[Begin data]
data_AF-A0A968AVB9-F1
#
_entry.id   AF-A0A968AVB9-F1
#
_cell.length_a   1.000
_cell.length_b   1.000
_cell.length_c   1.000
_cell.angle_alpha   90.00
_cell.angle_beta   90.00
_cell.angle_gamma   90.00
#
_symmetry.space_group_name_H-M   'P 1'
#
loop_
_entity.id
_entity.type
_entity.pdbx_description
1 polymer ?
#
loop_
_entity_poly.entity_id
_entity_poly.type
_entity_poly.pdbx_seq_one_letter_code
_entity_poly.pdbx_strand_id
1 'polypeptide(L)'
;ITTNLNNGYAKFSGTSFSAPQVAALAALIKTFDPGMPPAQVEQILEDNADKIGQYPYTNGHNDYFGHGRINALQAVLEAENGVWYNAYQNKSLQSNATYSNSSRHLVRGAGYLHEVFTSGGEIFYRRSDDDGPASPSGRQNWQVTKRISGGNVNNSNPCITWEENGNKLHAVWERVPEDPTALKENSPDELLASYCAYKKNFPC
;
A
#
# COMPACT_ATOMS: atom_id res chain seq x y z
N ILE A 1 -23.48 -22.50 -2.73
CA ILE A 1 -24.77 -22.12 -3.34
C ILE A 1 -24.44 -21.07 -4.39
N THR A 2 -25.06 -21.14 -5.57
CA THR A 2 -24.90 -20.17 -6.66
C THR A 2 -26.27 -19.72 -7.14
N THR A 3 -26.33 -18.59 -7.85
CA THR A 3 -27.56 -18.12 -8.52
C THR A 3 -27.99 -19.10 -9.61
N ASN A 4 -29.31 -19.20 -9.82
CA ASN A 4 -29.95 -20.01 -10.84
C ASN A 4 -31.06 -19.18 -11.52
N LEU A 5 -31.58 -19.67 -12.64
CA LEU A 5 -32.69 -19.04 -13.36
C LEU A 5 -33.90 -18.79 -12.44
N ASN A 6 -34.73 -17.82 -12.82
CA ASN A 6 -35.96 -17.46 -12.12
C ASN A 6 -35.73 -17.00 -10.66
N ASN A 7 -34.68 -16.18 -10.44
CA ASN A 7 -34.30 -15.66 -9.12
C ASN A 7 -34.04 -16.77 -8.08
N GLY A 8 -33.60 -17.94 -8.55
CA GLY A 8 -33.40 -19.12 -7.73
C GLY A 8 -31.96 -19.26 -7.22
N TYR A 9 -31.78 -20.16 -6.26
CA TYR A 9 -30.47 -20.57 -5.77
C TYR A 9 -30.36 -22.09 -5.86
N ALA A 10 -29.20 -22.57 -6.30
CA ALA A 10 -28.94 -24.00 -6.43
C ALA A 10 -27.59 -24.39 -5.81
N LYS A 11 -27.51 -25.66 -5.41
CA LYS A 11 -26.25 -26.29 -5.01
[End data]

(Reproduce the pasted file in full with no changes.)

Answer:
data_AF-A0A968AVB9-F1
#
_entry.id   AF-A0A968AVB9-F1
#
_cell.length_a   1.000
_cell.length_b   1.000
_cell.length_c   1.000
_cell.angle_alpha   90.00
_cell.angle_beta   90.00
_cell.angle_gamma   90.00
#
_symmetry.space_group_name_H-M   'P 1'
#
loop_
_entity.id
_entity.type
_entity.pdbx_description
1 polymer ?
#
loop_
_entity_poly.entity_id
_entity_poly.type
_entity_poly.pdbx_seq_one_letter_code
_entity_poly.pdbx_strand_id
1 'polypeptide(L)'
;ITTNLNNGYAKFSGTSFSAPQVAALAALIKTFDPGMPPAQVEQILEDNADKIGQYPYTNGHNDYFGHGRINALQAVLEAENGVWYNAYQNKSLQSNATYSNSSRHLVRGAGYLHEVFTSGGEIFYRRSDDDGPASPSGRQNWQVTKRISGGNVNNSNPCITWEENGNKLHAVWERVPEDPTALKENSPDELLASYCAYKKNFPC
;
A
#
# COMPACT_ATOMS: atom_id res chain seq x y z
N ILE A 1 -23.48 -22.50 -2.73
CA ILE A 1 -24.77 -22.12 -3.34
C ILE A 1 -24.44 -21.07 -4.39
N THR A 2 -25.06 -21.14 -5.57
CA THR A 2 -24.90 -20.17 -6.66
C THR A 2 -26.27 -19.72 -7.14
N THR A 3 -26.33 -18.59 -7.85
CA THR A 3 -27.56 -18.12 -8.52
C THR A 3 -27.99 -19.10 -9.61
N ASN A 4 -29.31 -19.20 -9.82
CA ASN A 4 -29.95 -20.01 -10.84
C ASN A 4 -31.06 -19.18 -11.52
N LEU A 5 -31.58 -19.67 -12.64
CA LEU A 5 -32.69 -19.04 -13.36
C LEU A 5 -33.90 -18.79 -12.44
N ASN A 6 -34.73 -17.82 -12.82
CA ASN A 6 -35.96 -17.46 -12.12
C ASN A 6 -35.73 -17.00 -10.66
N ASN A 7 -34.68 -16.18 -10.44
CA ASN A 7 -34.30 -15.66 -9.12
C ASN A 7 -34.04 -16.77 -8.08
N GLY A 8 -33.60 -17.94 -8.55
CA GLY A 8 -33.40 -19.12 -7.73
C GLY A 8 -31.96 -19.26 -7.22
N TYR A 9 -31.78 -20.16 -6.26
CA TYR A 9 -30.47 -20.57 -5.77
C TYR A 9 -30.36 -22.09 -5.86
N ALA A 10 -29.20 -22.57 -6.30
CA ALA A 10 -28.94 -24.00 -6.43
C ALA A 10 -27.59 -24.39 -5.81
N LYS A 11 -27.51 -25.66 -5.41
CA LYS A 11 -26.25 -26.29 -5.01